Four Stress Management Strategies for College Students – Allison Young

Summer break is a period where college students can take a step back and recharge. Though having space from the cycle of having a college routine is beneficial, it is not uncommon that stress can come back into play when a new semester begins. It is vital to find strategies that accommodate the stressors that circulate during the academic year. By setting goals, it can allow students to be prepared for stressful circumstances within and outside of the classroom.

1. Identify Stressors.

Pinpointing specific triggers is a key step when maintaining stress. By taking a step back to identify what is irritable and causes the most worry can allow your brain to settle and determine the biggest factor. In many instances for a college student there are worries of pressure and an overload of work. Sometimes it can feel overwhelming which, if not handled properly, can lead to burn out. Identifying stressors is the first step to maintaining stress, once discovered it is important to distinguish what actions need to be taken next. Due to everyone being unique and different in their own way, there is not a single recovery strategy. Dealing with stressors can be a unique process for every student.

2. Avoid Procrastination.

Procrastination is one of the most common actions that individuals do, especially college students. When there is a large build up of assignments and tasks to be completed in a short period of time it can be quite overwhelming. It causes stress to build up, decreases motivation, and lower efforts. When there are assignments that have a later deadline, try getting a head start to make it easier to complete the assignment later on. Avoid prioritizing unnecessary screen time, as well as telling yourself you will get to the assignment or task later. Another way to avoid procrastination is designating a time each day to regroup and focus on completing assignments ahead of time.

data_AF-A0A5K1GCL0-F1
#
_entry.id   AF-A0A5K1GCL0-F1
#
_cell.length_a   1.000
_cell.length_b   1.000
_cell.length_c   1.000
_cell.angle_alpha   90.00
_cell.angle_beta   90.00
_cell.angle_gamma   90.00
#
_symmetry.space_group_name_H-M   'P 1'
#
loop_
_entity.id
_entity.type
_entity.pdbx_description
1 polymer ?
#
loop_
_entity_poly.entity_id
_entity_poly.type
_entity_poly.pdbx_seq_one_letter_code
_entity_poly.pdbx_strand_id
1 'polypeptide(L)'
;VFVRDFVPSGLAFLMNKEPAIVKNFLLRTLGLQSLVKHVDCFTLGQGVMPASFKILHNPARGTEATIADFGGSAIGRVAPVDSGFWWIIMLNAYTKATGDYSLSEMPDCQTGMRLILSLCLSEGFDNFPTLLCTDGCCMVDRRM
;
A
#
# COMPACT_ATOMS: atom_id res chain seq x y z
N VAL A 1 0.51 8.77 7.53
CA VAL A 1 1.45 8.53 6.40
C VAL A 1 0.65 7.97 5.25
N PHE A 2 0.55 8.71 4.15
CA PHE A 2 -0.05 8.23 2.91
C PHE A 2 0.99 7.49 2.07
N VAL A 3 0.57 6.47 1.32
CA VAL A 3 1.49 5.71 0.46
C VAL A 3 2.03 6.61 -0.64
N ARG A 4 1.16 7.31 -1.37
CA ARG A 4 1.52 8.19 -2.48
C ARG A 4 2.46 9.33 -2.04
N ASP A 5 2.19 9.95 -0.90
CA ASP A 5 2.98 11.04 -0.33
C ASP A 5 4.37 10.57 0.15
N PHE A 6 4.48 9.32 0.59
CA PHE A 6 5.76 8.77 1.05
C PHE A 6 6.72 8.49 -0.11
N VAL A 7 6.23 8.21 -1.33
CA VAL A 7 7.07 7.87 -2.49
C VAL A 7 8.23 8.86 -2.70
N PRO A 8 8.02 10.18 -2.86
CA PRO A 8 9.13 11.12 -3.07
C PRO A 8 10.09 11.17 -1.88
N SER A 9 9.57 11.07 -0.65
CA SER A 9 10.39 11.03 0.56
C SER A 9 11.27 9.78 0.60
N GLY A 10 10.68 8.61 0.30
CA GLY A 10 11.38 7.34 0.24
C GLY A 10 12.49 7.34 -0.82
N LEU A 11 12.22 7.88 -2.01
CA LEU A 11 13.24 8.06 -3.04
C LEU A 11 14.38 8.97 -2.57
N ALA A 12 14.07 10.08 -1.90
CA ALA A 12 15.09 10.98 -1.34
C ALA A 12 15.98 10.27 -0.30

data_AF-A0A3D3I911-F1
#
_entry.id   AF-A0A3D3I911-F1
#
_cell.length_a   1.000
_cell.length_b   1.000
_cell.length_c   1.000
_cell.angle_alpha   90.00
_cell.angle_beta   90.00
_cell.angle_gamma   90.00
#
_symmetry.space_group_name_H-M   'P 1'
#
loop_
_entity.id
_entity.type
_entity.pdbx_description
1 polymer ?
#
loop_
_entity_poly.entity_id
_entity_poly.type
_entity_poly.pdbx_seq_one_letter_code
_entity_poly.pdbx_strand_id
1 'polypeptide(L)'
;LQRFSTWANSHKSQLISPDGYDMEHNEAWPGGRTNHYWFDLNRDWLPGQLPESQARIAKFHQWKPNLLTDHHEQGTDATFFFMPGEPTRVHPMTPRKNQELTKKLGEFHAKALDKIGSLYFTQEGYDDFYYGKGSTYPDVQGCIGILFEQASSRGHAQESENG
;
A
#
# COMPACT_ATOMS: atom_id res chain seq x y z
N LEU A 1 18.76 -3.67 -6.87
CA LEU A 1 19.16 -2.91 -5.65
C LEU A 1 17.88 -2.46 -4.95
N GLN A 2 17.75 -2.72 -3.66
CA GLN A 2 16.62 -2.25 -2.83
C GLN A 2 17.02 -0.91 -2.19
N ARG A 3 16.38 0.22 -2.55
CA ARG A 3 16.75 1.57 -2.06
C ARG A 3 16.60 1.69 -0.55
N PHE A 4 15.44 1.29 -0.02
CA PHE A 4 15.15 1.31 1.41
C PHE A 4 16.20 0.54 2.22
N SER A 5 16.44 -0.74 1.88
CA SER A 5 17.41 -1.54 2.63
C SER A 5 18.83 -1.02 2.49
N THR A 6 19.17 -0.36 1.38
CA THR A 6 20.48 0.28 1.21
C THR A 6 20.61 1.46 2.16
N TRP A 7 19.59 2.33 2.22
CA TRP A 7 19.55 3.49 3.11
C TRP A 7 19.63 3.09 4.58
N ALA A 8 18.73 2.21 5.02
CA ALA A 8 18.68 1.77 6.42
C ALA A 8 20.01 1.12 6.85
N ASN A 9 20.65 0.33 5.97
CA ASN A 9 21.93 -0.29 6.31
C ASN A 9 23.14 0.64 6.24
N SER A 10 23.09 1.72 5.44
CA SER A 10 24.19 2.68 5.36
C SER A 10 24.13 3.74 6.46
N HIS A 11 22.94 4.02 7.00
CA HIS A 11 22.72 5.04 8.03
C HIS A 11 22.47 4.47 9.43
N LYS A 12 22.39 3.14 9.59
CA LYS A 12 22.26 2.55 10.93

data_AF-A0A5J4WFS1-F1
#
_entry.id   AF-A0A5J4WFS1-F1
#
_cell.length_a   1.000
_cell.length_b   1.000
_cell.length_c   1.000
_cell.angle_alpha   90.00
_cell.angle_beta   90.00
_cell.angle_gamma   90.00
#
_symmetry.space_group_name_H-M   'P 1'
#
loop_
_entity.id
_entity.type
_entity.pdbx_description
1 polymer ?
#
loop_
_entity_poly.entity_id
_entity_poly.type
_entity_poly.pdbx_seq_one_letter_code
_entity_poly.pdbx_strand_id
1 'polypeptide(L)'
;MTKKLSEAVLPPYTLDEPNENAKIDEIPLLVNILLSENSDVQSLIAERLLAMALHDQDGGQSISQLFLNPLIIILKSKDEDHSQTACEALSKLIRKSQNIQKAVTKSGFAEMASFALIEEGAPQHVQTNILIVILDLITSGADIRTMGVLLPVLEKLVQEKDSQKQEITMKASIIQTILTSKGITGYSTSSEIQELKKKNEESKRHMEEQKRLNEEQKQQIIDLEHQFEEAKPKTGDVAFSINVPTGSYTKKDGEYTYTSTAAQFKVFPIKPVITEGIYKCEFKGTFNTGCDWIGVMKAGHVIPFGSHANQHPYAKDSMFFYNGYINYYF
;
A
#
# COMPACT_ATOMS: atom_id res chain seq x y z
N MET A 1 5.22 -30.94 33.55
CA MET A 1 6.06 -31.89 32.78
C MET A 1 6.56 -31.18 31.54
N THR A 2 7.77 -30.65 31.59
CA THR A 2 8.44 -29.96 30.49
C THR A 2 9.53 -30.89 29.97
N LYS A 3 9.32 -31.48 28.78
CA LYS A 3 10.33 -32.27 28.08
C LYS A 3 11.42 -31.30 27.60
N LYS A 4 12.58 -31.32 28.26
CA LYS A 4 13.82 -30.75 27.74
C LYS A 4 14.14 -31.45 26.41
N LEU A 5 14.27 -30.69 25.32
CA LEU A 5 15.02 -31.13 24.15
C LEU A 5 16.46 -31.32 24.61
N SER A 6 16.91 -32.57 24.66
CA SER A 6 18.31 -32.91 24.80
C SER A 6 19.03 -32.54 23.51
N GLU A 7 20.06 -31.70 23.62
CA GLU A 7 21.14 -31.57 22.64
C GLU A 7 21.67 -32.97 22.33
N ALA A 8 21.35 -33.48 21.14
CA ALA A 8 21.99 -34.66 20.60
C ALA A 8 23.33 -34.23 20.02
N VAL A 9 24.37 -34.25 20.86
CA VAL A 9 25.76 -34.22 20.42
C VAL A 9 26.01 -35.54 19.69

3. Maintain a Regular Sleep Schedule.

Being at college creates years where socialization is high, and schedules are constantly changing. However, it does not mean that sleep should not be a priority. By giving yourself a time range for when you should be in bed and when you expect to be fully asleep is the first step to creating a regular schedule. Depending on how many hours you feel gives you the most energy and motivation, as well as a normal wake up time will help determine a proper bedtime. Sleep is a time where you can shut out the noise and chaos of life and regroup.

4. Take Time for Yourself.

Dealing with school or work every day, being around roommates or friends for most of the week, and managing other attributes that make you busy can be overwhelming at times. Creating a space or doing activities that allows you to be one with your thoughts and feelings can be beneficial. This is another instance where there is more than one way. Examples can be reading a book, taking walks or being outside, crafting, or even working out. The only way that you can take time, is if you make time. We constantly make time for others in our personal, social, and academic time. However, do you ever make specific time for yourself?


Allison Young is a junior studying communication studies and working towards a minor in advertising and public relations and a social media certificate at Ohio University. She currently serves as Scripps PRSSA’s Vice President of Member Relations. Connect with Allison on LinkedIn here and Twitter here!

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